Magic principles in test automation: Repetition

automation testing magic
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This is a new entry in the series "Magic principles in test automation". Today, I will cover the topic of repetition. To read the last one, please check out Magic principles in test automation: Misdirection.

A common rule of magic states that the same trick should never be repeated twice and it is rather obvious why this seems to be solid advice. The more often a magician repeats the same trick for the same audience, the easier it becomes for the spectators to figure out the secret.

However, in magic this depends on some factors:

  • Is it a trick that is easy to figure out in the first place?

    If the effect requires an obvious secret and only works when done as a one-off surprise, it should not be repeated.

  • Can you make it seem like the same trick but use a different method every time?

    If this is applied, repetition cancels out methods that were used before so it becomes harder to figure out!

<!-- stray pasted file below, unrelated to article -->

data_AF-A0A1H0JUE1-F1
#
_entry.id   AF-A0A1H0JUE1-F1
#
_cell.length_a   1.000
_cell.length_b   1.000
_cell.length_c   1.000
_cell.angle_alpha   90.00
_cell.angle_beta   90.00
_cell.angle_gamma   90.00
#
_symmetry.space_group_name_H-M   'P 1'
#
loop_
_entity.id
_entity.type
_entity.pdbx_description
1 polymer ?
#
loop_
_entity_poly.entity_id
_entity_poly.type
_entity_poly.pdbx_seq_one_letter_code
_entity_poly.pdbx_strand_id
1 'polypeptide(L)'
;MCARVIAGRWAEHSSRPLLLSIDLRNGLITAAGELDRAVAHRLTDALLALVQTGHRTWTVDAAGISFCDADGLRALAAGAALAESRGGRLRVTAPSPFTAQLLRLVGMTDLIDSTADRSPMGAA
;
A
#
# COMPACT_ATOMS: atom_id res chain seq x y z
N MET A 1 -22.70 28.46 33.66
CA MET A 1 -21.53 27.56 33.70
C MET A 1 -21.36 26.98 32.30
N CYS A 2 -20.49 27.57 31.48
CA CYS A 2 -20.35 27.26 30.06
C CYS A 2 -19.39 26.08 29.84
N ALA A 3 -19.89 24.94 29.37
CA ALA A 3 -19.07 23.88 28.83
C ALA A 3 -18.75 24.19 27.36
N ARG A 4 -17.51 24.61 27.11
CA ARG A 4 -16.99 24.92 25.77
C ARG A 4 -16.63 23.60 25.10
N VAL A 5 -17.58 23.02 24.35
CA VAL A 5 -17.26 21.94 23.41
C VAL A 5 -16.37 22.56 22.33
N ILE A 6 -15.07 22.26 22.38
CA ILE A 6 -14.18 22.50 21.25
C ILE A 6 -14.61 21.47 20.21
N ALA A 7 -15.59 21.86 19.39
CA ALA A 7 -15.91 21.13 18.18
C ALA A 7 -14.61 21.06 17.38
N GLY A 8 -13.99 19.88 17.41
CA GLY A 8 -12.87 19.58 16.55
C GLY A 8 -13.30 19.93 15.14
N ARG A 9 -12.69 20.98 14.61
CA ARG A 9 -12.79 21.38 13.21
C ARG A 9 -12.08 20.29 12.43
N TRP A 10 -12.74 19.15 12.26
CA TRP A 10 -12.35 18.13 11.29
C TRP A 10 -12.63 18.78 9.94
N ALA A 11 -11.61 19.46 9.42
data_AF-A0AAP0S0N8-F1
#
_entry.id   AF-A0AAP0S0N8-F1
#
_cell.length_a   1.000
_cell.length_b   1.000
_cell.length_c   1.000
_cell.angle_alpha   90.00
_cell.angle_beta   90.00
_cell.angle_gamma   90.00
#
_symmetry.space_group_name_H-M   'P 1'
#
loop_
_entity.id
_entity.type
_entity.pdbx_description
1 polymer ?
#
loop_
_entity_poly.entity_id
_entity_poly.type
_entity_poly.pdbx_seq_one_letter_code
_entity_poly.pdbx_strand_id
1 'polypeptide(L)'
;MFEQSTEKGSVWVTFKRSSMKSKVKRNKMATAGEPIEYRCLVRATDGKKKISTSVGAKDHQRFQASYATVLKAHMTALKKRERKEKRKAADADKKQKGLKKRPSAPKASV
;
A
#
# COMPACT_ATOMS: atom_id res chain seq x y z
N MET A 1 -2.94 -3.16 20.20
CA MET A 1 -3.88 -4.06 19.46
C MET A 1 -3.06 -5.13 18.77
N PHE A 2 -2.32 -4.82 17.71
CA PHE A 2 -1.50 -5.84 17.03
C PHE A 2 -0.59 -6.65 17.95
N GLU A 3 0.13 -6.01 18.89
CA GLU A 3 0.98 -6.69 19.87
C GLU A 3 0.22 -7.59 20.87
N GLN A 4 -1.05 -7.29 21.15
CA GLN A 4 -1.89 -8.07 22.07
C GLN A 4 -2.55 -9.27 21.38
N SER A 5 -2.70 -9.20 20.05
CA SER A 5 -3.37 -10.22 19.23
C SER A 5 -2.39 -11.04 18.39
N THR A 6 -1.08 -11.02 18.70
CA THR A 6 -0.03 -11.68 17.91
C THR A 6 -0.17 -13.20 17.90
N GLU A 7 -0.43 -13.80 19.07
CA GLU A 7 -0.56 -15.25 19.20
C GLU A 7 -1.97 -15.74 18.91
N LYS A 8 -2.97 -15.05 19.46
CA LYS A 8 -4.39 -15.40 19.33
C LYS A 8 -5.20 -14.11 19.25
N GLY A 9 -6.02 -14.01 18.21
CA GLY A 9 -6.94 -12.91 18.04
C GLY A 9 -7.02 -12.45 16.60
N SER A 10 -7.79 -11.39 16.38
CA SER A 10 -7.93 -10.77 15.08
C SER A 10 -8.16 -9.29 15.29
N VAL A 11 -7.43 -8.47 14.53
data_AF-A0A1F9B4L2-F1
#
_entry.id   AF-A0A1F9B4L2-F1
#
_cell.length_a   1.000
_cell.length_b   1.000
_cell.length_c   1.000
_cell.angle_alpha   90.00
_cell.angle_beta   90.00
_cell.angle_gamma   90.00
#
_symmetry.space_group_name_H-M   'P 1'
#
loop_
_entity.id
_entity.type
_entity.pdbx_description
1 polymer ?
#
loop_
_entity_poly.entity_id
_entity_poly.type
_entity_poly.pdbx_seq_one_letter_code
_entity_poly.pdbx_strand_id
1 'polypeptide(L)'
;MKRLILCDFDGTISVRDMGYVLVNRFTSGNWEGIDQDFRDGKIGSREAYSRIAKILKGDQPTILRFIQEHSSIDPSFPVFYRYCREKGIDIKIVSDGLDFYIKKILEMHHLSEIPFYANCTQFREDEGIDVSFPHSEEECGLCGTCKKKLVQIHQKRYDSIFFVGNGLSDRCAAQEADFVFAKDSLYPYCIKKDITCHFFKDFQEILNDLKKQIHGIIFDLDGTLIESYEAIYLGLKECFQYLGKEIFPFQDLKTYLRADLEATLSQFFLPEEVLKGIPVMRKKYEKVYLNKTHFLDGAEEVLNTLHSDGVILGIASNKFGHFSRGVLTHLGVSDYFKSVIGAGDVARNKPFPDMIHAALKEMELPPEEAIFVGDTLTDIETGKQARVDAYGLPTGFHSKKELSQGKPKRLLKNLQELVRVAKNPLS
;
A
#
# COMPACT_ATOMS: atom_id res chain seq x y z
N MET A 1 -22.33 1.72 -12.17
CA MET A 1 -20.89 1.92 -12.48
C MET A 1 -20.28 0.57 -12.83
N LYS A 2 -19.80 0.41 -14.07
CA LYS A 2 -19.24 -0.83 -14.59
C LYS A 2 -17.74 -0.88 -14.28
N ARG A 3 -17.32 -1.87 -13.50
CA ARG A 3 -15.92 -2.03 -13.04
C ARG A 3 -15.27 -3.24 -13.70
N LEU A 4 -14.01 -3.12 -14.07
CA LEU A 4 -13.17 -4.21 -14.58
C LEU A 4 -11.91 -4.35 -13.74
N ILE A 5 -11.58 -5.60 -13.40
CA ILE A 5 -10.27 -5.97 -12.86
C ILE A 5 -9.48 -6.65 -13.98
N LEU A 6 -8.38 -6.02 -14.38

• Is the trick worth it - is it more amazing if you repeat it?

    In certain types of effects (e.g. with a "catch me if you can" premise), repetition is a more than valid option - if doable.

Also, a magician attempting to break the forecited "rule" has to be skilled enough in terms of techniques and so called audience management (directing attention, dealing with hecklers etc.).

In software testing however, repetition should not be an exception case but it essential:

  • Constant repetition of the exact same test steps ensure that any change in behavior can be spotted easily.
  • Running test suites over and over again ensure that the system under test remains in a known state.

It is possible to rephrase the second sentence of this article so it can be applied to testing:

The more often a test automation system repeats the same test case, the easier it becomes for the testers to figure out how and why something breaks.

Keep in mind that the test case in question has to be meaningful, concise and easy to follow. Otherwise, this can swing to the other extreme and make it a more confusing and less helpful tool for debugging.

In closing, I will leave you with one of my favorite Bruce Lee quotes of all times:

I fear not the man who has practiced 10,000 kicks once, but I fear the man who has practiced one kick 10,000 times.

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